The initiative taken by the Foreign Affairs Minister is a welcoming news to Solomon Islands farmers, in particular the cassava growers and others who are interested and have the potential to venture into this area.
However, we are all too familiar with similar talks in the past that have failed to materialise and I believe, some people will take this news with a grain of salt.
Having said that, I would like to be optimistic, I think it is high time that we take these initiatives seriously and explore the options, risks and how we can tap into existing support/assistance available in the region to help us achieve this - exporting our local produce.
While I share the issues raised by the experts on quality, our ability to keep up with supply to meet export market requirements and others, I would like to think that we can still make it if we seek advice and assistance that are available in the region. By this, I'm referring to organisations such as the Food and Agriculture Organisation (FAO), the Secretariat of the Pacific Community's Land Resources Division and their partners. There are numerous projects that are chanelled through these organisations to assist Pacific island countries such as the "Pacific Agribusiness Research-for-Development Initiative (PARDI), funded by the Australian Centre for International Agriculture Research (ACIAR), which looks at increasing the competitiveness of market chains for high-value products of agriculture, forestry and fisheries and the "Increase Agriculture Commodity Trade (IACT) project that will commence in 2011 that focuses on strengthening Pacific productive export capacity in primary industries: agriculture, forestry and aquaculture, to name a couple.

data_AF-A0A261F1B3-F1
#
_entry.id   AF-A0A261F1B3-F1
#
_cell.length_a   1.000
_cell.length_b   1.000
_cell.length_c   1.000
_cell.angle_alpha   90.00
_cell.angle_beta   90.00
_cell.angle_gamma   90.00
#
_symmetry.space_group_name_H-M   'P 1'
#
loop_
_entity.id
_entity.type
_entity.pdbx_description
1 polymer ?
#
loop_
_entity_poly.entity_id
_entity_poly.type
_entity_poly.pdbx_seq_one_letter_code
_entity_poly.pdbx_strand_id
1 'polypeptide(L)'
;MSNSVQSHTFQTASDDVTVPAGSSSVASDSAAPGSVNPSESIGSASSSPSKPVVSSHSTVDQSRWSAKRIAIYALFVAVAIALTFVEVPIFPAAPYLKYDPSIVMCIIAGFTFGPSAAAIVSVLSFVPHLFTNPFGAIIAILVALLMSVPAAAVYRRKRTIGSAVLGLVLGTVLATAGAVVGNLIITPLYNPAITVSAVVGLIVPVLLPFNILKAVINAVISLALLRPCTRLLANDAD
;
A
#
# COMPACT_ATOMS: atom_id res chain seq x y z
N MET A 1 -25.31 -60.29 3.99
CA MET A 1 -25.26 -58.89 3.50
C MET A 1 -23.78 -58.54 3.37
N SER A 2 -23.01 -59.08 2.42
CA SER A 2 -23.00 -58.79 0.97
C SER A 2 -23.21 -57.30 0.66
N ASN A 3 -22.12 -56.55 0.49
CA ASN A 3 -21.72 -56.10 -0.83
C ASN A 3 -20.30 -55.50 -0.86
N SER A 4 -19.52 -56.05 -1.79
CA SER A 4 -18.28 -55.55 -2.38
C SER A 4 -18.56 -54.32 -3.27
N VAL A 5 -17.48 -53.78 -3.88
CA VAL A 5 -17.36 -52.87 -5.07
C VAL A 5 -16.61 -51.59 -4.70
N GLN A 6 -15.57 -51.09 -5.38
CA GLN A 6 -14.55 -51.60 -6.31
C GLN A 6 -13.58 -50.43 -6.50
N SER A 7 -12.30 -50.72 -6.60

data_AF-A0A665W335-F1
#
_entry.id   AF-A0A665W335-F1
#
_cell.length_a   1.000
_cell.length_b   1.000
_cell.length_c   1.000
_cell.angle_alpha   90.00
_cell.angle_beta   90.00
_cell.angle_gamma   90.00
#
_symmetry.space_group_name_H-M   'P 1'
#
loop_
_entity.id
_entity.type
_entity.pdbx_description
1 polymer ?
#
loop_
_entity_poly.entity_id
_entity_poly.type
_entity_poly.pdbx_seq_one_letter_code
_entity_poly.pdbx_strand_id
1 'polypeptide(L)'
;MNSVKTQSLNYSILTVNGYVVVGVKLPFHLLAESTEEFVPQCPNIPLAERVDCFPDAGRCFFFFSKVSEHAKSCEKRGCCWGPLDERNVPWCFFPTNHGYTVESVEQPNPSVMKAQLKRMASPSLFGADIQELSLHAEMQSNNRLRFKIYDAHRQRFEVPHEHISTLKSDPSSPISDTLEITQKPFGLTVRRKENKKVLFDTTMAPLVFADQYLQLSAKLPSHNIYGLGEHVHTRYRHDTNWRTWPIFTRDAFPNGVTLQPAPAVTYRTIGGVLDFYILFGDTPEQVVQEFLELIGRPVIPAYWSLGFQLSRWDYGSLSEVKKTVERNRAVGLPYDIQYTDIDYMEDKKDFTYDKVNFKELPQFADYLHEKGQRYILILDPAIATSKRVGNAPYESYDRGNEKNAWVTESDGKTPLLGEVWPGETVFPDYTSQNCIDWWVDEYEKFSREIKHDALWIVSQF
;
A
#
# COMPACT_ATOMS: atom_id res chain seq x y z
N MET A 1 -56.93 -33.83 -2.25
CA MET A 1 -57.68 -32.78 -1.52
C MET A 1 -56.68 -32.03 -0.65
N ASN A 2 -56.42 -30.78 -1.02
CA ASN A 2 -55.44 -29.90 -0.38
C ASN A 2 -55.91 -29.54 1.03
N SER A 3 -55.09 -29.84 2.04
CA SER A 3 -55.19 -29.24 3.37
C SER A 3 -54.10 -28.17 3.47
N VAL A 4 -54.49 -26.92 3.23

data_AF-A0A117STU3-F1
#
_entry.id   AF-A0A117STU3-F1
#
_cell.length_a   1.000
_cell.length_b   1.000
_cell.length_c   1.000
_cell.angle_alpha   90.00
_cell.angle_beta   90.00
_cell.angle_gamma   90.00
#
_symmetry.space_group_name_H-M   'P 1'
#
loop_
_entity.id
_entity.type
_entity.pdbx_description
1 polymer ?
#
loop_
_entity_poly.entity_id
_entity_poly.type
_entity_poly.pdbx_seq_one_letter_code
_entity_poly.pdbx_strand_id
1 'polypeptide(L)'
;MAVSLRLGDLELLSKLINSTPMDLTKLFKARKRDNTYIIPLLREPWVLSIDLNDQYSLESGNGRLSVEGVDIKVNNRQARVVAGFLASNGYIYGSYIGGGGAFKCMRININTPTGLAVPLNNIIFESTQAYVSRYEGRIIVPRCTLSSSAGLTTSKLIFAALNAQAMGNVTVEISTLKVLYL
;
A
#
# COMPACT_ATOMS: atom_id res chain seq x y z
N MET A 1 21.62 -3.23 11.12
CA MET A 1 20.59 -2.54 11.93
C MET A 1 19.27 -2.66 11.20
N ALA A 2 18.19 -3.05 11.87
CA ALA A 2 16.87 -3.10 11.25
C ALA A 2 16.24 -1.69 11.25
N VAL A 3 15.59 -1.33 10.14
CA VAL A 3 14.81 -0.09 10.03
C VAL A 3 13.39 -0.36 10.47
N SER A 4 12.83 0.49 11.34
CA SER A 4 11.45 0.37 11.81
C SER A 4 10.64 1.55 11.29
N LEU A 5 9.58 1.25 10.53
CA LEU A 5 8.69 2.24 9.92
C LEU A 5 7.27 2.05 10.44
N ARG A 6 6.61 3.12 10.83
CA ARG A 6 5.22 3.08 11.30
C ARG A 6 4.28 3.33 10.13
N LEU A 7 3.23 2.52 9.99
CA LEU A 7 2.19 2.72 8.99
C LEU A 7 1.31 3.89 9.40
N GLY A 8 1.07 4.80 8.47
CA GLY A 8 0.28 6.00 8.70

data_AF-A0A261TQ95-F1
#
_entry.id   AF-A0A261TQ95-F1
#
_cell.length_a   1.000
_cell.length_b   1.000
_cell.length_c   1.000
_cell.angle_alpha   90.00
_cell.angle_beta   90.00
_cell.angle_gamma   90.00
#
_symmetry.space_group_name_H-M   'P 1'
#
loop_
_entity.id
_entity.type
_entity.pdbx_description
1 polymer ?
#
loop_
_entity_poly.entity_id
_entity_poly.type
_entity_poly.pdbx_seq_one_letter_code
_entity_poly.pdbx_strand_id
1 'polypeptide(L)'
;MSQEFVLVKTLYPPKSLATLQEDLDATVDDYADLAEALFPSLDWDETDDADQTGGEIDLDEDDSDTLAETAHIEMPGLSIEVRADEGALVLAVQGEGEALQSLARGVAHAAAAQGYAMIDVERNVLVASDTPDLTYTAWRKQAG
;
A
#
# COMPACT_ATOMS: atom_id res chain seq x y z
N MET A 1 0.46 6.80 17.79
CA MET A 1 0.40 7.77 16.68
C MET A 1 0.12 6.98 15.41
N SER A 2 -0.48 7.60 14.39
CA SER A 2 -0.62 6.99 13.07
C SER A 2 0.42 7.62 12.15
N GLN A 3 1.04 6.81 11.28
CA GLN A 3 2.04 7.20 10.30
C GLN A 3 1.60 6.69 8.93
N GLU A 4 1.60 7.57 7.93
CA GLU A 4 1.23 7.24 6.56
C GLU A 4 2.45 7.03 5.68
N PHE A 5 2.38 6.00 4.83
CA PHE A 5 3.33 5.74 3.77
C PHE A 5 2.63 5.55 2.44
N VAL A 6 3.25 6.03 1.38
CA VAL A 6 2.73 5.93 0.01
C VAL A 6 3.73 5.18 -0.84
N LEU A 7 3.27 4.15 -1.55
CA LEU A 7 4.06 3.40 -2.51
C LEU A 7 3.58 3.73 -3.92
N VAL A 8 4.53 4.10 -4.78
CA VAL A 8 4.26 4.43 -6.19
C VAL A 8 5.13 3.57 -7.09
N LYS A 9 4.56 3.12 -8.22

There are a number of projects/assistance that are can be accessed to get these 'talks' into action. I think the real issue here is the lack of information sharing by the relevant authorities, e.g. the Ministry of Agriculture, Ministry of Commerce and Trade and others to inform the public and farmers of such opportunities and available assistance.
I believe that our people and the agriculture sector have a huge potential to rack in income from exporting our local produce, but we just need to be pointed to the right direction with appropriate advice and assistance.
If our neighbouring countries like Fiji, Samoa, Tonga and the others can export their agricultural produce overseas, why can't we? We could learn from their experience as well, through our connections with the MSG, the Forum (PIFS), SPC (SI is a member and can get relevant assistance with minimal or no cost).
I would like to conclude by asking our experts to provide some information on how to address challenges that we may face in our strive to break into new grounds apart from just highlighting the limitations, which can be demotivating.
Disclaimer: The views and opinions expressed in this letter are those of Ronaldson and do not necessarily reflect the official policy or position of Solomon Times Online.
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